An equal dispensation appears necessary to the objectors, to establish the doctrine of an over-ruling Providence. Let us consider what is meant by an equal dispensation. It is an exact distribution of rewards and punishments in the present state, an allotment of temporal good and evil to men, according to their desert; but, although such a dispensation is plausible in theory, and it may be imagined that it could be easily realized, when we enter into detail we shall find, that it is attended with insuperable difficulties. According to this plan, it would be necessary that good men should enjoy uninterrupted prosperity, and consequently, that all the troubles and uneasinesses which arise from a thousand causes, should be warded off; that no disease should overtake them; that no trial should befal them, in their persons, or their families, or their friends ; that their lawful schemes should always succeed, or that they should be prevented from thinking of schemes with which Providence would not concur; in short, that all nature should minister to them, and no part of it should ever interfere with their designs, or give them any disturbance. It would be necessary, on the other hand, that a process exactly the reverse should take place with respect to the wicked ; that all precautions for the preservation of their health should be unavailing; that all the exertions of their industry should prove abortive; that every thing which they touched should be a sting, and every thing which they tasted should be bitter. I need not say that this plan would require a complete change of the laws of nature, or such frequent alterations of them, that they would no longer serve as a guide to human conduct.

An equal dispensation, which some men demand, could not take place but under a totally different system, and if now introduced, would involve all things in inextricable confusion. It will appear possible only to the most thoughtless of mankind. If the head of a family were an irreligious man, this scheme would require that he should be immediately punished; but observe, that he could not be punished alone. Whether his substance was wasted by a series of calamities, or he was cut off from the land of the living, his children would suffer by the loss of their natural guardian, or of the means of their subsistence; and the equality of the dispensation would be instantly destroyed. The same thing would happen if the children were wicked and the parent were pious ; for every stroke which lighted upon them would fall upon him, and the innocent would be involved in the same condemnation with the guilty. Such is the intermixture of mankind, by a variety of relations, that the separate treatment of each individual according to his desert, is at present impossible. This is assigned by our Lord as the reason why bad men are permitted to mingle with the good, and to hold their place in society, contrary to what it might seem to us perfect justice demands :—“ Wilt thou,” said the servants to their master, when they had discovered tares among the wheat, “ wilt thou, that we go and gather them up? But he said, Nay, lest while ye gather up the tares, ye root up also the wheat with them. Let both grow together until the harvest.”+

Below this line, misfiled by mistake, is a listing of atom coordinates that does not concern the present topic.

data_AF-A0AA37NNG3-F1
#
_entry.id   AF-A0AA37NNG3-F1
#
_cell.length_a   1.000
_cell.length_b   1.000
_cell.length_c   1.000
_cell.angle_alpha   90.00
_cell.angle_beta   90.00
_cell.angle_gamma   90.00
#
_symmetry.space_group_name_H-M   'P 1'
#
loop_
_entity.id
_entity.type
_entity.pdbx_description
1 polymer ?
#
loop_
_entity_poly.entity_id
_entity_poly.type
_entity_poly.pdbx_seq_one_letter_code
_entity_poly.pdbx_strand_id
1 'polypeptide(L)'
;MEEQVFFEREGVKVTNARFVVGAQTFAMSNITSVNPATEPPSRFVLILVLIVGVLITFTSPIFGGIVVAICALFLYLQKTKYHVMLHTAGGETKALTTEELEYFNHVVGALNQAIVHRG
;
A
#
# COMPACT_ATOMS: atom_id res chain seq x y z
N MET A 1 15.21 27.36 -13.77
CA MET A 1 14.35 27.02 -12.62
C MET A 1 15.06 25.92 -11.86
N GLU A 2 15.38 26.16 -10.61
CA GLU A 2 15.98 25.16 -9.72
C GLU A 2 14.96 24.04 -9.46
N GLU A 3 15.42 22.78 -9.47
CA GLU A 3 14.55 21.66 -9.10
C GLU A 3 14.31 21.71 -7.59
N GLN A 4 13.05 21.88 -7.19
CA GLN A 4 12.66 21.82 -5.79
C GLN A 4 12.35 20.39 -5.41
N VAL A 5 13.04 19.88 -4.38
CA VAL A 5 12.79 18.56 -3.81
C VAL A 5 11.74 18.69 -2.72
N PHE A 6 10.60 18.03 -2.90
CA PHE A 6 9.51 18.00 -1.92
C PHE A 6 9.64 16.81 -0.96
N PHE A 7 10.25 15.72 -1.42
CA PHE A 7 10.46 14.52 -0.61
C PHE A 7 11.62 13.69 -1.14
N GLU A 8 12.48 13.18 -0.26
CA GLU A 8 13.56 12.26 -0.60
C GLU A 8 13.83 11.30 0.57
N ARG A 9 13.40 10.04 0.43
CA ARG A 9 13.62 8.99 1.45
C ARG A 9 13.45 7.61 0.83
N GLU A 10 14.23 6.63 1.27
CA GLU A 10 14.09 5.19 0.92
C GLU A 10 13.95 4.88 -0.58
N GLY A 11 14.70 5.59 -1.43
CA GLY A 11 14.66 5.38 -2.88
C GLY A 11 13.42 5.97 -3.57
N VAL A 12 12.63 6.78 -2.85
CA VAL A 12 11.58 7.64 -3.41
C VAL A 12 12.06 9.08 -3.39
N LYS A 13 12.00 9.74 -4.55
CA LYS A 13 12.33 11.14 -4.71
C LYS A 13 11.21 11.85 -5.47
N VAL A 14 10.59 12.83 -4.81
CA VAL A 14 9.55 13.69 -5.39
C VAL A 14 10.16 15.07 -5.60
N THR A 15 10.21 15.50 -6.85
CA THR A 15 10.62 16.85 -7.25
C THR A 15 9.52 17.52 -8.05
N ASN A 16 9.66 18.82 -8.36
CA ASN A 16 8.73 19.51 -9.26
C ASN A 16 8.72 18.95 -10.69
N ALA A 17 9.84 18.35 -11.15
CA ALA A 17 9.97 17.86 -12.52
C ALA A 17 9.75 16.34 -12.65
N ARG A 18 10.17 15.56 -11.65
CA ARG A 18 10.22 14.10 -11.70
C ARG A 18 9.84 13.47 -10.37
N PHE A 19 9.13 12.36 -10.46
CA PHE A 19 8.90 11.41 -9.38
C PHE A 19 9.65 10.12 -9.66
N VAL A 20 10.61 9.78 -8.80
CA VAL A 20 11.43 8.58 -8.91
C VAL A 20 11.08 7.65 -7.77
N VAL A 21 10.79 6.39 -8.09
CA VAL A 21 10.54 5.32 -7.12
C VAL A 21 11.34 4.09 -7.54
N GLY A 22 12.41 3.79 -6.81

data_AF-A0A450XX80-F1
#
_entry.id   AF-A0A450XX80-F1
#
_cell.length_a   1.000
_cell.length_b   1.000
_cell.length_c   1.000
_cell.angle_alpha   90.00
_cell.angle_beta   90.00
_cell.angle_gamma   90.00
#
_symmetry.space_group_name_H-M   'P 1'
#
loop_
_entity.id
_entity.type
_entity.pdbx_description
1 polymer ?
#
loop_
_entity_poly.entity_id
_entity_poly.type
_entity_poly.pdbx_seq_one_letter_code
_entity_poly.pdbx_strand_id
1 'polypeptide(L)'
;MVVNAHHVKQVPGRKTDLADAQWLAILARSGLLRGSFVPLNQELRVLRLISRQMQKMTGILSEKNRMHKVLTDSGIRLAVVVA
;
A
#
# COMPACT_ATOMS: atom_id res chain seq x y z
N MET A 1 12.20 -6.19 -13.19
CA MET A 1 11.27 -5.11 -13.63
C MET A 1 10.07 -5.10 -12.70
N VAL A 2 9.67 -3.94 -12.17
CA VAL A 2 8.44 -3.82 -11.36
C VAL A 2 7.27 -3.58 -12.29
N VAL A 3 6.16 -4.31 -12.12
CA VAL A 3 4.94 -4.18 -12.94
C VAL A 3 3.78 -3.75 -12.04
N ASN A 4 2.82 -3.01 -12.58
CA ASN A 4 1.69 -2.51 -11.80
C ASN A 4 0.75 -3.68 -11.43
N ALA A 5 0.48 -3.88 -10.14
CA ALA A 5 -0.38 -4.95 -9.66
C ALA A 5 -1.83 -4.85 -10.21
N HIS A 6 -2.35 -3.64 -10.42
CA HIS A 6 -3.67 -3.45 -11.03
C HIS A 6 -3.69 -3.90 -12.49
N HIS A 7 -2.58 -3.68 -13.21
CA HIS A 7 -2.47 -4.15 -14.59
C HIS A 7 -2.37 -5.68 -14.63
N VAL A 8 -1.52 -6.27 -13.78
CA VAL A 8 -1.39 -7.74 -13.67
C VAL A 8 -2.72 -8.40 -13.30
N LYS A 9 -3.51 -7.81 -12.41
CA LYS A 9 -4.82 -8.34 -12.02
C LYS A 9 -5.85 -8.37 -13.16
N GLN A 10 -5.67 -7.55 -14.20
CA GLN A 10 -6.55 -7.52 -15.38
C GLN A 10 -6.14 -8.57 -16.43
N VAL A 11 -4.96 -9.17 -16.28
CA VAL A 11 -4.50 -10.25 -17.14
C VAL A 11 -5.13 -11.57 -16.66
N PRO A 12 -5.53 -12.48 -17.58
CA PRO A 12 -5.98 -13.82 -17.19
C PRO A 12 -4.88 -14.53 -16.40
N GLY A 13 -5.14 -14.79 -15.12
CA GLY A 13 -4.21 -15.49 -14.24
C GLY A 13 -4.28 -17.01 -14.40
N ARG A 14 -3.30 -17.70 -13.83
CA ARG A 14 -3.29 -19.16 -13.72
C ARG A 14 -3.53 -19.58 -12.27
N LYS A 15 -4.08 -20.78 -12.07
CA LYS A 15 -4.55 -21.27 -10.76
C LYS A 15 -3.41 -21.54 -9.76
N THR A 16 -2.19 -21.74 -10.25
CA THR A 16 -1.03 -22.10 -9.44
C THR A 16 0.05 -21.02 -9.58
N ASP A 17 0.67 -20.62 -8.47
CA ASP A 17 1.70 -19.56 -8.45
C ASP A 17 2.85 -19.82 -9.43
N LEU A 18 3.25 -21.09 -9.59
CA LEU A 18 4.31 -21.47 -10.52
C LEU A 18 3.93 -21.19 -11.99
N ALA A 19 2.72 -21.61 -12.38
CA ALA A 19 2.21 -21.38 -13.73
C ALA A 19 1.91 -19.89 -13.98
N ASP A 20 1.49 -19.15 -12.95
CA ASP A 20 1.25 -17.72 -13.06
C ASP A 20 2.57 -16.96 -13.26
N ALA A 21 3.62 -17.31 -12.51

Let it not be supposed, that, when we speak of Divine Providence, we mean by it a perfect moral adıninistration. We see only its commencement, and must wait for its full development at the proper season. Its subjects are at present in a state of trial : by which I mean, that they are placed in circum stances which present them with opportunities of doing good or evil, and although they may be treated in part according to their conduct, yet the full retribution will not take place till their course is finished. We have seen that there • Ps. lxxiii. 12, 16–20.

† Matt. xii. 28–30.

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are wise and necessary reasons why it is delayed. Hence the appearances of injustice, which have distressed good men, and furnished the bad with an argument against Providence, ought to give us no disturbance. Amidst the darkness which surrounds us, we see enough to convince us that there is a Supreme Governor, and that he loves righteousness and hates iniquity; and we are assured, that ere long his judgment will be openly revealed. There is sufficient evidence that Heaven is on the side of virtue, notwithstanding its trials, and against vice, notwithstanding its occasional success; and we are authorized to believe that virtue will ultimately triumph, and that vice will be expelled from the kingdom of God. “He cometh to judge the earth: He shall judge the world in righteousness, and the people with his truth."

LECTURE XLIV.

ON THE FALL OF MAN AND ITS CONSEQUENCES.

Fallibility of Adam in his State of Innocence-His subjection to the Law of God-Command

respecting the Tree of the Knowledge of Good and Evil-Penalty attached to it-Adam's Temptation, and Breach of the Command—Immediate consequences to our First Parents.